Monica Ali’s latest novel which pubbed June 28, 2011, just before what would have been Diana Spencer’s 50th birthday – July 1, 2011 – had “The People’s Princess” lived. In case the cover wasn’t enough of a clue, that date detail matters because Untold Story imagines that Diana left her adoring public not via decorated casket, but was rowed away by a faithful staffer – an Oxford-degreed Foreign Officer turned history professor who was Diana’s Private Secretary! – to restart her new life as an American commoner. “Some stories are never meant to be told. Some can only be told as fairy tales,” opens this Story. That might have been ’nuff said right then and there … but we go on and on and on …
Train-wreck style, Ali resurrects a fragile Diana who undergoes the knife to change her renowned visage just enough, tones down her posh accent, wanders the States carrying the birth certificate of a dead British-born American, has a few meaningless peripatetic flings, and eventually settles somewhere in Middle America in a small town called – wait for it …! – Kensington (egads!).
She’s bought a small house (with a pool), works at an animal shelter, and has made a few close (as possible) friends, although she spends most of her time with a rescue canine named Rufus. She’s more or less gotten over her cutting and starving (she even has an opportunity to share her recovered wisdom with a friend’s troubled adolescent). She longs for her heir-and-a-spare, and keeps a box of clippings about them hidden in the back of her closet. She also has a kind, devoted lover with whom she can share little more than a bed. And then her image-stealing nemesis happens to randomly wander into Kensington, and recognizes her iconic eyes. What’s a distraught ex-royal to do? To run or not to run, that is again the question …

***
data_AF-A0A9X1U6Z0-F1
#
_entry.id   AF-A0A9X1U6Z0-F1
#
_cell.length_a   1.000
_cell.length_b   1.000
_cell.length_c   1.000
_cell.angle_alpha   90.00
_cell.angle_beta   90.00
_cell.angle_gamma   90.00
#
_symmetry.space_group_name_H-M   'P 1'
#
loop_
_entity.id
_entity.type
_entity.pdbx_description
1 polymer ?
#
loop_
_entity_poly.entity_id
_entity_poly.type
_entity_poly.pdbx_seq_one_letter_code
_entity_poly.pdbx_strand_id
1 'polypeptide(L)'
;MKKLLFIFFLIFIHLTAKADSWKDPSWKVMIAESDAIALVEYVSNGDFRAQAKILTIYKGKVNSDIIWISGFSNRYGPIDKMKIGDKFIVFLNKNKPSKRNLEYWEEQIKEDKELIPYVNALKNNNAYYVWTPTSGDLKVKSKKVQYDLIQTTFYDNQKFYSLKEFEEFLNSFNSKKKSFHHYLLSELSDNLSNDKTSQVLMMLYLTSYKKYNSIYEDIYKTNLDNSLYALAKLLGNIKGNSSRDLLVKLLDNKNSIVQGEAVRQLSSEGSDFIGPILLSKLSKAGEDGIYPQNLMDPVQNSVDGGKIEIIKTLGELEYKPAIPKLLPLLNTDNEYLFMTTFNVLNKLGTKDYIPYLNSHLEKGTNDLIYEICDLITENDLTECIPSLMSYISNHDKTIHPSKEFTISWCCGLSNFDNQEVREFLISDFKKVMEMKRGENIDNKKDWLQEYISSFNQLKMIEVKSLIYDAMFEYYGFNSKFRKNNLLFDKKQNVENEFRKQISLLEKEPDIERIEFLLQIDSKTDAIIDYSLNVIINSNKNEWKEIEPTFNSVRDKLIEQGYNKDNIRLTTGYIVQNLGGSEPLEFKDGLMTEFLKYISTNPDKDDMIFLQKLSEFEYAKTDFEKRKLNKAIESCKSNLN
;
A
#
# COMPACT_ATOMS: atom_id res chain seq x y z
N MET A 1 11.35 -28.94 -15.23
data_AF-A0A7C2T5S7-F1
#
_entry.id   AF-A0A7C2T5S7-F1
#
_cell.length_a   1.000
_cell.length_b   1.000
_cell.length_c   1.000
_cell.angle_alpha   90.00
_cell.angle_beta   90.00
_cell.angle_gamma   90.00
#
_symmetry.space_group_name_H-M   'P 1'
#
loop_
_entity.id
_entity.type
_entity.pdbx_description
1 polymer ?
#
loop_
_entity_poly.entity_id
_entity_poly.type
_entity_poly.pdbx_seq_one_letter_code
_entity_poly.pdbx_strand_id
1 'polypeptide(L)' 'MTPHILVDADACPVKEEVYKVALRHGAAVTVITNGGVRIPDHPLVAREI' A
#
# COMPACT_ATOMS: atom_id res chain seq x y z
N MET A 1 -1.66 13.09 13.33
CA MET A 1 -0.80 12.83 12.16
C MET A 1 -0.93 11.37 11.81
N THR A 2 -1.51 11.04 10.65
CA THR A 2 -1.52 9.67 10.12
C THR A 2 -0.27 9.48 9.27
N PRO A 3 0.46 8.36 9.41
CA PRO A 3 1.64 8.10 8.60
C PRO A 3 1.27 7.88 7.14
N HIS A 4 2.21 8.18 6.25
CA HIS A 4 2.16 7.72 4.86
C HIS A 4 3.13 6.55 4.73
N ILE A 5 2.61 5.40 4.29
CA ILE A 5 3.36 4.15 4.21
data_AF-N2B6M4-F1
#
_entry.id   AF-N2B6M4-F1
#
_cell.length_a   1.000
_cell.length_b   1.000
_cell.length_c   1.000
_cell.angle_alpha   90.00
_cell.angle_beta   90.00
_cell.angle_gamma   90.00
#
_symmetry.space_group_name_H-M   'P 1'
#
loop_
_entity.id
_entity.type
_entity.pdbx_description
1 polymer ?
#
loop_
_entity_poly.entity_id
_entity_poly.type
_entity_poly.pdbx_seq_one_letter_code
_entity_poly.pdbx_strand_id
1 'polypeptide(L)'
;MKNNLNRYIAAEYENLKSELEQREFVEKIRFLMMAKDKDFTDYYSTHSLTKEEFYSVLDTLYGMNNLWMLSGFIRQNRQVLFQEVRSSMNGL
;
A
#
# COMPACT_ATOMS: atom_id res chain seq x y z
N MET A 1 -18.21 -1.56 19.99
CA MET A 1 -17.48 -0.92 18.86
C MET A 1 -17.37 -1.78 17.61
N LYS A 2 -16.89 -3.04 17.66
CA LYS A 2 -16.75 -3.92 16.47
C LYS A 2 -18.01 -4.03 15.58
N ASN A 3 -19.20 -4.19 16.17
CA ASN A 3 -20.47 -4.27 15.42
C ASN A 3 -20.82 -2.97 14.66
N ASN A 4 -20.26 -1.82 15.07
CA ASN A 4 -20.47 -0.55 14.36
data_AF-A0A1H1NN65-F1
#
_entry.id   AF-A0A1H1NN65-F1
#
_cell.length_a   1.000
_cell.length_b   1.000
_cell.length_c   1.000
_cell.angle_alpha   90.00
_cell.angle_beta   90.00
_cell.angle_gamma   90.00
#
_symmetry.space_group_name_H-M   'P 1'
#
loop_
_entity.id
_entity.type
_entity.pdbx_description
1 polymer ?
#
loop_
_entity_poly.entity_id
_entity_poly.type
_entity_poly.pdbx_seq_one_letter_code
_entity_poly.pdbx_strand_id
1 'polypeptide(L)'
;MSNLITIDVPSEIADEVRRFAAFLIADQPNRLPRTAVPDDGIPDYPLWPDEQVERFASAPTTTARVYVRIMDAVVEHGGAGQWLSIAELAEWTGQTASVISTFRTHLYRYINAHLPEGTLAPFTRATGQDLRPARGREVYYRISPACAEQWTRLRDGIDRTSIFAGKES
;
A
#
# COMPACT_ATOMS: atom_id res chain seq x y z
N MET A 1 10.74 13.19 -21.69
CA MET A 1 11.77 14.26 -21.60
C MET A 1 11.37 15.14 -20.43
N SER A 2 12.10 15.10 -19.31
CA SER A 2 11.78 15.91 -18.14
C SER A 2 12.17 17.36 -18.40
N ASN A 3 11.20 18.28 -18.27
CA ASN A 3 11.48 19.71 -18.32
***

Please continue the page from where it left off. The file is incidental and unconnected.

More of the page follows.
Ali’s debut, the unforgettable Brick Lane (shortlisted for the 2003 Booker Prize, adapted to celluloid in 2007), was one of those literary landscape-changing titles about the Bangladeshi British community. Not surprisingly, the novel garnered controversy for various unflattering portrayals of the locals, but in this case, even bad press was good press and Ali hit bestselling lists, and collected nominations, prizes, and other hefty accolades.
Loyal devotion to Brick Lane keeps me adding every Ali title to my shelves. Alas, I have yet to finish her Portuguese-set short story collection Alentejo Blue, or her deadly In the Kitchen. Sticking this Story into my ears is most likely what got me to the end: kudos indeed for narrators Emma Fielding (who assumes the royal voice) and Nicholas Farrell (who alternates between the elegant, saving secretary and the desperate, lifelong photo-snatcher) as they go far in making the implausible at least finishable.